The brutality of this immigration policy is that the detention is indefinite. Dutton does not really want any detainees to leave, even when there are genuine offers to take the refugees off Manus Island and Nauru. New Zealand’s Prime Minister, Jacinda Ardern, has offered to take 150 asylum seekers per year, but this has been rebuffed. The flimsy excuse for this has been the belief among Australians that, once the refugees become New Zealand citizens, they will then be able to travel to Australia eventually. It is of course hard to believe that anybody would still want to go to Australia after detention in ghastly camps on offshore islands, but the Australians refuse to budge on Ardern’s offer.

There used to be something called the ANZAC spirit, which is a sense of co-operation between Australia and New Zealand. ANZAC refers to the army tradition, begun in the First World War, when Australasian troops were flung into a hopeless attack on Turkey at Gallipoli. The senseless slaughter there led to the dawning of an identity separate from the imperial masters in London. But it is now time to admit that this is an historical remnant only, and should really only be seen in a military context. At a government level the Australians simply don’t respect us or our Prime Minister (who is ridiculed on Sky News Australia), whether that be on immigration or climate change in the Pacific.

The most egregious examples of Australian contempt comes with the deportation of petty criminals, who are technically New Zealand citizens. Due to free movement in the past, many working class New Zealand families have re-located to Australia, usually in search of better paying jobs. But if they do not become Australian citizens they also do not get welfare payments, even after paying tax for years. And if they happen to commit a crime, which is often the result of domestic disputes, they will be punished twice: a custodial sentence will result in sequestration in an offshore detention camp, and then eventual deportation. Often these men have not been in New Zealand since their childhood, and have no relatives left here, or any other kind of support, let alone job opportunities. This approved deportation of petty criminals leads to crime here in New Zealand, and is against any residual sense of  ANZAC co-operation and goodwill that might remain.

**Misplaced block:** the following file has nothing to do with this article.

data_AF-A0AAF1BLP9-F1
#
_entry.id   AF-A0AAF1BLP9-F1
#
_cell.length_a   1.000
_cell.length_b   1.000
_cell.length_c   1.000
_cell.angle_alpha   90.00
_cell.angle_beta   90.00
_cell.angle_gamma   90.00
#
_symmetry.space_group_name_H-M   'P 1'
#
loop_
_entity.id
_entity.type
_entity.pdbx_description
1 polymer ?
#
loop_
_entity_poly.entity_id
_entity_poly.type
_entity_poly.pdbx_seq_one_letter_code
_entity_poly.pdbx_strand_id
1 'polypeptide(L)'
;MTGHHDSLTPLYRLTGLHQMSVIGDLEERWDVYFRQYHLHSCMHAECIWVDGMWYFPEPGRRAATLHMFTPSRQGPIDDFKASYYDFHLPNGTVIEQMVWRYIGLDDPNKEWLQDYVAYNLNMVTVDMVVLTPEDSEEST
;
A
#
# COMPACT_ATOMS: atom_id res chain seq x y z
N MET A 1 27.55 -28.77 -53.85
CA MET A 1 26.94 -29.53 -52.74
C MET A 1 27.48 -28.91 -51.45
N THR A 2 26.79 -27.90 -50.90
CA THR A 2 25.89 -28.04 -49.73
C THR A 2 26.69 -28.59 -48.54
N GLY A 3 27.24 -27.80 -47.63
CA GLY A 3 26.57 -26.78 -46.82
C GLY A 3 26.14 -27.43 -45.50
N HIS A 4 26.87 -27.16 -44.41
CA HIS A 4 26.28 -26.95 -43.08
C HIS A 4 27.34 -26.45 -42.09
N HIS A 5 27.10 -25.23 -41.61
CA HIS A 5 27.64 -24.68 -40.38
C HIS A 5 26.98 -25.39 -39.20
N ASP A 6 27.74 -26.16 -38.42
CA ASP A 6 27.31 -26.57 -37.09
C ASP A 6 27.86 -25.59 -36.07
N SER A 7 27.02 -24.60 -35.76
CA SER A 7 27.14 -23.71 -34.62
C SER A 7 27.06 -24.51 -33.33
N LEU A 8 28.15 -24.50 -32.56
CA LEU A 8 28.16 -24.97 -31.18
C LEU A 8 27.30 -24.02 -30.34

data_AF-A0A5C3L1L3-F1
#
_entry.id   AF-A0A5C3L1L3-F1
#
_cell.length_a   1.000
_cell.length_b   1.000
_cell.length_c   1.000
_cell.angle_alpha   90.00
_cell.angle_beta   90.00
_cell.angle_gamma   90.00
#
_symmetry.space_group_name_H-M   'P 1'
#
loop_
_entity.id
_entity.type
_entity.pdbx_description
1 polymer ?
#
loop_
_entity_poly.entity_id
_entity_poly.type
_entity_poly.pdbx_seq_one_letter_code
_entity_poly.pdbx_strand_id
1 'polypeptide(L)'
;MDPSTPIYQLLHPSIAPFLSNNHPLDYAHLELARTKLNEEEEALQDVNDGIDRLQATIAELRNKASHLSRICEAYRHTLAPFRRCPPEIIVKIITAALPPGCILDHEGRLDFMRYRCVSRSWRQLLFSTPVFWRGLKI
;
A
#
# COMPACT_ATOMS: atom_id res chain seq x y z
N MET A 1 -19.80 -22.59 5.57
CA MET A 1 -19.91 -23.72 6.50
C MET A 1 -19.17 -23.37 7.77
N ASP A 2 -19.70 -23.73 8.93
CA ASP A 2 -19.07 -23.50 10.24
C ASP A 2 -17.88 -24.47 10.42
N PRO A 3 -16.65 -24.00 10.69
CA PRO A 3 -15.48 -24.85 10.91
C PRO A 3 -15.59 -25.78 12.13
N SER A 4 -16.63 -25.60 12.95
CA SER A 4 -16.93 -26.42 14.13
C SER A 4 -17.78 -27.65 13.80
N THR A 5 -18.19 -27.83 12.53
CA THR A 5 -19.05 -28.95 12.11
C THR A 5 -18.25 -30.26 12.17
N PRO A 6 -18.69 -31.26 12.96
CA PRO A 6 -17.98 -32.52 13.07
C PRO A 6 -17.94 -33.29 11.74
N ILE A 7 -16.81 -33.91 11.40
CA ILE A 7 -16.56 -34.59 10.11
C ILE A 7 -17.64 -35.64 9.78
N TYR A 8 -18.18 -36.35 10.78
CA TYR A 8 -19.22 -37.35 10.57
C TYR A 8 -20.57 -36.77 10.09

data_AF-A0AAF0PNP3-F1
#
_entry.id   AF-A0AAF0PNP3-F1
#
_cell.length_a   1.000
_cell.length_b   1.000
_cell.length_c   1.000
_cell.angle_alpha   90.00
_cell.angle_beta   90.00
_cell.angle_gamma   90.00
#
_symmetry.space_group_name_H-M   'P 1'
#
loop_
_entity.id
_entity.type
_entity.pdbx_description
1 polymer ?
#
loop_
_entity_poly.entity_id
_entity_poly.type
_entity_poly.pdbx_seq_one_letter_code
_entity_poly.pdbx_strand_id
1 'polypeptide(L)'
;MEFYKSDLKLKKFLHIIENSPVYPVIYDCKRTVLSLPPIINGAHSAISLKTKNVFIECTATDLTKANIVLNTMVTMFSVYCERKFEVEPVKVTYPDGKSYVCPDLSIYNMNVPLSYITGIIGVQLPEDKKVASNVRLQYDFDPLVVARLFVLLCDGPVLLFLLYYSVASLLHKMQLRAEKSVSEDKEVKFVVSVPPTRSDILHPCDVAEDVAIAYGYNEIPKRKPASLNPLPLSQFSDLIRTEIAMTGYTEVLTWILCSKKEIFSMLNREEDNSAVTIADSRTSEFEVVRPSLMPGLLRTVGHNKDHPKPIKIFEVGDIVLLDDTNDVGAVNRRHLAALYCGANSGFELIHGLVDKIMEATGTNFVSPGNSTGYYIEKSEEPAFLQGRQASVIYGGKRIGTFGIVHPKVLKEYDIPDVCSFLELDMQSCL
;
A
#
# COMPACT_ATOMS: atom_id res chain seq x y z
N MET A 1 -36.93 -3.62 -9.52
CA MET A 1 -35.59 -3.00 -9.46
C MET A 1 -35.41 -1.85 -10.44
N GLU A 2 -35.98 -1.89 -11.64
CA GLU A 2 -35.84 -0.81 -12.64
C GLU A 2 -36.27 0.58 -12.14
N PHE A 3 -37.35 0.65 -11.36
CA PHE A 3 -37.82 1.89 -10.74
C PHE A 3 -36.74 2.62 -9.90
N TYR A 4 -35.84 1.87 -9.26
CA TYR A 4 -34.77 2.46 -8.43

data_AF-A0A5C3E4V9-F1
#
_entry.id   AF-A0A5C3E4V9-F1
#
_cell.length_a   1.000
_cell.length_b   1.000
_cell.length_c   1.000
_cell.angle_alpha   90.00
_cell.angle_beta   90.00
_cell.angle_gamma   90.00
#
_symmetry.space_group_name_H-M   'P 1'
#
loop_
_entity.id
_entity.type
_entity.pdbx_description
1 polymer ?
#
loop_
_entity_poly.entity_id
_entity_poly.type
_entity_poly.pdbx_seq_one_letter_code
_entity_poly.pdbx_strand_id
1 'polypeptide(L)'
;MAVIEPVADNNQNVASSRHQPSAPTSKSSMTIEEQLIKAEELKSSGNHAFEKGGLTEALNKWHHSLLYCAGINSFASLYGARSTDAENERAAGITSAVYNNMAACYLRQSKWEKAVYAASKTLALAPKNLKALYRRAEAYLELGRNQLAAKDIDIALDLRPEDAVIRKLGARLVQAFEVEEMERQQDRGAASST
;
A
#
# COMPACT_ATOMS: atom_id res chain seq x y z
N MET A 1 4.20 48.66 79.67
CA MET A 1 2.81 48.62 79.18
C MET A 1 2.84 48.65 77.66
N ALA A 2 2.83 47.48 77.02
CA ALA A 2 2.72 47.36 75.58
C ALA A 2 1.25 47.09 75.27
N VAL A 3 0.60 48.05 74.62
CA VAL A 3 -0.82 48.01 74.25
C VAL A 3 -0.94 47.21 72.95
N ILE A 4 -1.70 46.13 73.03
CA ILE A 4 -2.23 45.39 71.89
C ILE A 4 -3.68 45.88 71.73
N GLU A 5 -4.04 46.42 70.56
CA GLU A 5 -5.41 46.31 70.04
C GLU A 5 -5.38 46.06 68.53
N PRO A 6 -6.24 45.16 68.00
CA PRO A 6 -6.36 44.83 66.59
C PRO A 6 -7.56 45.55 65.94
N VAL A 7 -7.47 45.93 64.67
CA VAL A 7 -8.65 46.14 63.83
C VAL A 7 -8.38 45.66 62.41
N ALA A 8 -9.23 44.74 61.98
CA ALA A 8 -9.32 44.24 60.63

So, to take a recent example, of the serious bush fires raging in Australia, we have sent firefighters to help them. Why should we continue to send our people over to Australia, and potentially sacrifice them in dangerous situations? Even if there is some financial compensation, or some other benefits, such as it being good training, we should no longer just automatically send our people. I don’t recall the Australians reciprocating, but maybe they have in the past. But until they treat New Zealand and all our offers of help with respect, let alone observing international human rights and norms with regard to the treatment of migrants and asylum seekers, we should not be sending help to them.

Postscript 25/7/2020:

Yesterday the New Zealand media announced that Behrouz Boochani had been given refugee status in New Zealand. He seems to have been resident in Christchurch since arriving for the literary festival. It was also made apparent that he had become a research fellow at the University of Canterbury in Christchurch, and had his own research project to conduct. This is presumably good publicity for that university, but it is one of the worst places in New Zealand for an outsider to try to do something new in terms of research. At least it was for me. Anyway, a good outcome for Behrouz, but not for the others left in Australian detention camps.